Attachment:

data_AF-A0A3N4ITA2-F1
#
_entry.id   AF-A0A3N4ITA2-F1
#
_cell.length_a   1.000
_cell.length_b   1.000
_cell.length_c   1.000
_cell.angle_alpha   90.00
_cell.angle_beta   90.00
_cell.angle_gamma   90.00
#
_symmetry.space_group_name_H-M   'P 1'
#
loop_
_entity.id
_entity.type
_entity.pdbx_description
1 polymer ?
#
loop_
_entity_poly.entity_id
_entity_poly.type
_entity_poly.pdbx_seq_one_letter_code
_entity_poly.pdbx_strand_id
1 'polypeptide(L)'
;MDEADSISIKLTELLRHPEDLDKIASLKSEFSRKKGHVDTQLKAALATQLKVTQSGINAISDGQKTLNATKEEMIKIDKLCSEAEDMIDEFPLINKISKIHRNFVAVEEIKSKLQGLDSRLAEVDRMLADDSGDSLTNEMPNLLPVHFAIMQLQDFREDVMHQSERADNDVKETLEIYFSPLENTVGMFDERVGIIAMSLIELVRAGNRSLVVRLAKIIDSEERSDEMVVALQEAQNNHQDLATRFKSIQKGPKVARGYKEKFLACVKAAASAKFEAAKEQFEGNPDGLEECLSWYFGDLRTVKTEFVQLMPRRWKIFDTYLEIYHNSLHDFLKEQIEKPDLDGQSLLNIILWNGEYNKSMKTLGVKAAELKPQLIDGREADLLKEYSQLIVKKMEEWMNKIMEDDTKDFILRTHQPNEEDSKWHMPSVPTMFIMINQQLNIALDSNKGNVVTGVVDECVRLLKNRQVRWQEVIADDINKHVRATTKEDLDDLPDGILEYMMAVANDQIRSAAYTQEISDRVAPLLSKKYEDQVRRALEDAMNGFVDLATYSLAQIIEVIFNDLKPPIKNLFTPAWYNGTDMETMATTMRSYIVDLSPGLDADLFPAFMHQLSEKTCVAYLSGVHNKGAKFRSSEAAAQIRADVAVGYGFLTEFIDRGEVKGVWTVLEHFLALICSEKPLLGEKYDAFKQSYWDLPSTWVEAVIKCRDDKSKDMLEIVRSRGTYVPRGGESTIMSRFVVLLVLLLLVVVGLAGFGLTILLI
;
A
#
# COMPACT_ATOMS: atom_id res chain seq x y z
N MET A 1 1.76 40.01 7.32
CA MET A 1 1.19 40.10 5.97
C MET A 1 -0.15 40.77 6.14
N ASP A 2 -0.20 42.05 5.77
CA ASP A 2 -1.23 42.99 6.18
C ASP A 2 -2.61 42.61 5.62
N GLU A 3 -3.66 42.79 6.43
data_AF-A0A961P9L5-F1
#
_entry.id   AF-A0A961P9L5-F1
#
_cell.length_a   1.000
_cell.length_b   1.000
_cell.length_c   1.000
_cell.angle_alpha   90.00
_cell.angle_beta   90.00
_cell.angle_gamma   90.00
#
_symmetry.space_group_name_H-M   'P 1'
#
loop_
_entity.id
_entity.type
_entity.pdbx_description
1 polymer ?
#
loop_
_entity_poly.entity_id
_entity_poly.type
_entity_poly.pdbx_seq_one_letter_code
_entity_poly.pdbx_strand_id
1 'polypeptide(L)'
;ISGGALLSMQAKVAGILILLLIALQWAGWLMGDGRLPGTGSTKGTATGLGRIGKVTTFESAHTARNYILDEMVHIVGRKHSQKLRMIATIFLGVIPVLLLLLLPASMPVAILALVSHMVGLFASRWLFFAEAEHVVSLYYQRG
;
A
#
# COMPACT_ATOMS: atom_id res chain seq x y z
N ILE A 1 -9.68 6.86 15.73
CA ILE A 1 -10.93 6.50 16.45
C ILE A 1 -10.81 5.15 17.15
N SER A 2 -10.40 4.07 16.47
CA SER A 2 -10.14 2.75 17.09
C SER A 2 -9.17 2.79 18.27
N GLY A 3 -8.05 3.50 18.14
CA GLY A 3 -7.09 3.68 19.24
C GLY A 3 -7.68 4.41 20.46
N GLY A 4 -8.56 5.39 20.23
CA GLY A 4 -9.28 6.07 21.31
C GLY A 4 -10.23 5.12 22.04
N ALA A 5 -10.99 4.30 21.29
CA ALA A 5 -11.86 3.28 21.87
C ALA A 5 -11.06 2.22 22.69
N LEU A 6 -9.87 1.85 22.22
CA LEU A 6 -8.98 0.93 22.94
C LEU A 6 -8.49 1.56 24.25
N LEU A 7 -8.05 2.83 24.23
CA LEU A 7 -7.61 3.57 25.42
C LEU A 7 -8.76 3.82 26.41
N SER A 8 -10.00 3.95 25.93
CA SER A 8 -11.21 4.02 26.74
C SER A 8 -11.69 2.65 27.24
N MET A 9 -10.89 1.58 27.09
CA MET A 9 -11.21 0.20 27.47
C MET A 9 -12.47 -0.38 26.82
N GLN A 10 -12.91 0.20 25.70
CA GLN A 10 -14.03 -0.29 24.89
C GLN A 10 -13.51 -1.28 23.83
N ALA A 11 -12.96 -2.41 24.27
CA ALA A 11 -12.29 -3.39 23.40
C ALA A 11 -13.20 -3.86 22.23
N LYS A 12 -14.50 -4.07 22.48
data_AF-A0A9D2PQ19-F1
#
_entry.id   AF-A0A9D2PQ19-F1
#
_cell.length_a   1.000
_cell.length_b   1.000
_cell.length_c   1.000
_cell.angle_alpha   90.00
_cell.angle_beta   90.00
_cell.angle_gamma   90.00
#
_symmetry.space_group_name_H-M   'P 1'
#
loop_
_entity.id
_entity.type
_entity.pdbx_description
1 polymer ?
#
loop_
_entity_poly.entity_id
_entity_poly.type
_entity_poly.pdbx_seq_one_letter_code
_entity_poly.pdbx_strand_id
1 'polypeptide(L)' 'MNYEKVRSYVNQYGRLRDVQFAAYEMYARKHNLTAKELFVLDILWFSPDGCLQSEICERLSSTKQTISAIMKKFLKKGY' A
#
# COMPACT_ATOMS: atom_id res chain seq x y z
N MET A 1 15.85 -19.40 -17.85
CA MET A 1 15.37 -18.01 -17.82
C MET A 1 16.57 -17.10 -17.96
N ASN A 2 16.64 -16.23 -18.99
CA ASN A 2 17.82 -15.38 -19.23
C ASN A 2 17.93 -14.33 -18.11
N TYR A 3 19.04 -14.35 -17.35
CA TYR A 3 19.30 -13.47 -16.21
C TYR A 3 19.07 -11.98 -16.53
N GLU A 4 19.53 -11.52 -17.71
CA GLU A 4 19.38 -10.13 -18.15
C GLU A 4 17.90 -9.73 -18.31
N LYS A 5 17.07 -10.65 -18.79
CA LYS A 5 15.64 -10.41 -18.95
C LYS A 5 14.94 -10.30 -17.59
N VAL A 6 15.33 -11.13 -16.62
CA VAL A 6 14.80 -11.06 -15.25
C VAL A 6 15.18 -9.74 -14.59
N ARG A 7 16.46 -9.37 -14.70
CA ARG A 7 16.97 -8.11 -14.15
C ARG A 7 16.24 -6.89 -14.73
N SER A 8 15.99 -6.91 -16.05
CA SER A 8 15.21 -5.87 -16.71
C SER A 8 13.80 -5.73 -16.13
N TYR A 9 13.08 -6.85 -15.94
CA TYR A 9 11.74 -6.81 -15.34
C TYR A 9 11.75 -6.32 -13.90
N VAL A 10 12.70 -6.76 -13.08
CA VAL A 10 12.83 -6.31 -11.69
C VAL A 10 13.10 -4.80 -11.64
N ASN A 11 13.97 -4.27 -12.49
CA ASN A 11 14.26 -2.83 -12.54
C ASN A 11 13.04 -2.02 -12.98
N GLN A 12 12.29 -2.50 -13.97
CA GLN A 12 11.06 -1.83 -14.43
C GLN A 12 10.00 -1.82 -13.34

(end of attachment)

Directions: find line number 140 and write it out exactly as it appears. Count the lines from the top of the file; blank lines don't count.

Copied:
C GLU A 4 17.90 -9.73 -18.31